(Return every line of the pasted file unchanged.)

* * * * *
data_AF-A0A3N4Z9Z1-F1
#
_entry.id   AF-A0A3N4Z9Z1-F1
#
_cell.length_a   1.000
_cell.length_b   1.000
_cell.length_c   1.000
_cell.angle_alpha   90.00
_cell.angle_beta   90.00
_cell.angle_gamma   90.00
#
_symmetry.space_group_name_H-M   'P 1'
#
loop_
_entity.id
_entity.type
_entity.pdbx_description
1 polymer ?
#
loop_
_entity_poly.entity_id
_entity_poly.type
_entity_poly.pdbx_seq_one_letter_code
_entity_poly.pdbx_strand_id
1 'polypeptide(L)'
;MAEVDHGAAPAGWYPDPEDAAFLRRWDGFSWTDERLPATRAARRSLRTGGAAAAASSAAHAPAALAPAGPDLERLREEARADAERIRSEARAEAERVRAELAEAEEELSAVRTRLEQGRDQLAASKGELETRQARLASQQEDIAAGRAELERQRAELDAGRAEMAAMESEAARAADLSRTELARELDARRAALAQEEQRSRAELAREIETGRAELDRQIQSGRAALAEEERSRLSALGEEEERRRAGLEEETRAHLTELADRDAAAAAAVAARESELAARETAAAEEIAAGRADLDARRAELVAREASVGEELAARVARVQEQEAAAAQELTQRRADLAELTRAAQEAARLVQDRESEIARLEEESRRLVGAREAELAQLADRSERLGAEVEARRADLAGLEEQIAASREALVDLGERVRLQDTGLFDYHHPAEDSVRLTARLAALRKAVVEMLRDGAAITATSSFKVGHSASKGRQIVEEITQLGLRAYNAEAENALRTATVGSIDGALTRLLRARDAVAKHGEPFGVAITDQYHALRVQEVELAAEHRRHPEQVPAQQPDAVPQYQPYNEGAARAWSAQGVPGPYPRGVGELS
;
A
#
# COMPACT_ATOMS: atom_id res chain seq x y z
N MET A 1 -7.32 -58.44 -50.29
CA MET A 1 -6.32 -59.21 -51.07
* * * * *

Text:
data_AF-A0A3N4Z9Z1-F1
#
_entry.id   AF-A0A3N4Z9Z1-F1
#
_cell.length_a   1.000
_cell.length_b   1.000
_cell.length_c   1.000
_cell.angle_alpha   90.00
_cell.angle_beta   90.00
_cell.angle_gamma   90.00
#
_symmetry.space_group_name_H-M   'P 1'
#
loop_
_entity.id
_entity.type
_entity.pdbx_description
1 polymer ?
#
loop_
_entity_poly.entity_id
_entity_poly.type
_entity_poly.pdbx_seq_one_letter_code
_entity_poly.pdbx_strand_id
1 'polypeptide(L)'
;MAEVDHGAAPAGWYPDPEDAAFLRRWDGFSWTDERLPATRAARRSLRTGGAAAAASSAAHAPAALAPAGPDLERLREEARADAERIRSEARAEAERVRAELAEAEEELSAVRTRLEQGRDQLAASKGELETRQARLASQQEDIAAGRAELERQRAELDAGRAEMAAMESEAARAADLSRTELARELDARRAALAQEEQRSRAELAREIETGRAELDRQIQSGRAALAEEERSRLSALGEEEERRRAGLEEETRAHLTELADRDAAAAAAVAARESELAARETAAAEEIAAGRADLDARRAELVAREASVGEELAARVARVQEQEAAAAQELTQRRADLAELTRAAQEAARLVQDRESEIARLEEESRRLVGAREAELAQLADRSERLGAEVEARRADLAGLEEQIAASREALVDLGERVRLQDTGLFDYHHPAEDSVRLTARLAALRKAVVEMLRDGAAITATSSFKVGHSASKGRQIVEEITQLGLRAYNAEAENALRTATVGSIDGALTRLLRARDAVAKHGEPFGVAITDQYHALRVQEVELAAEHRRHPEQVPAQQPDAVPQYQPYNEGAARAWSAQGVPGPYPRGVGELS
;
A
#
# COMPACT_ATOMS: atom_id res chain seq x y z
N MET A 1 -7.32 -58.44 -50.29
CA MET A 1 -6.32 -59.21 -51.07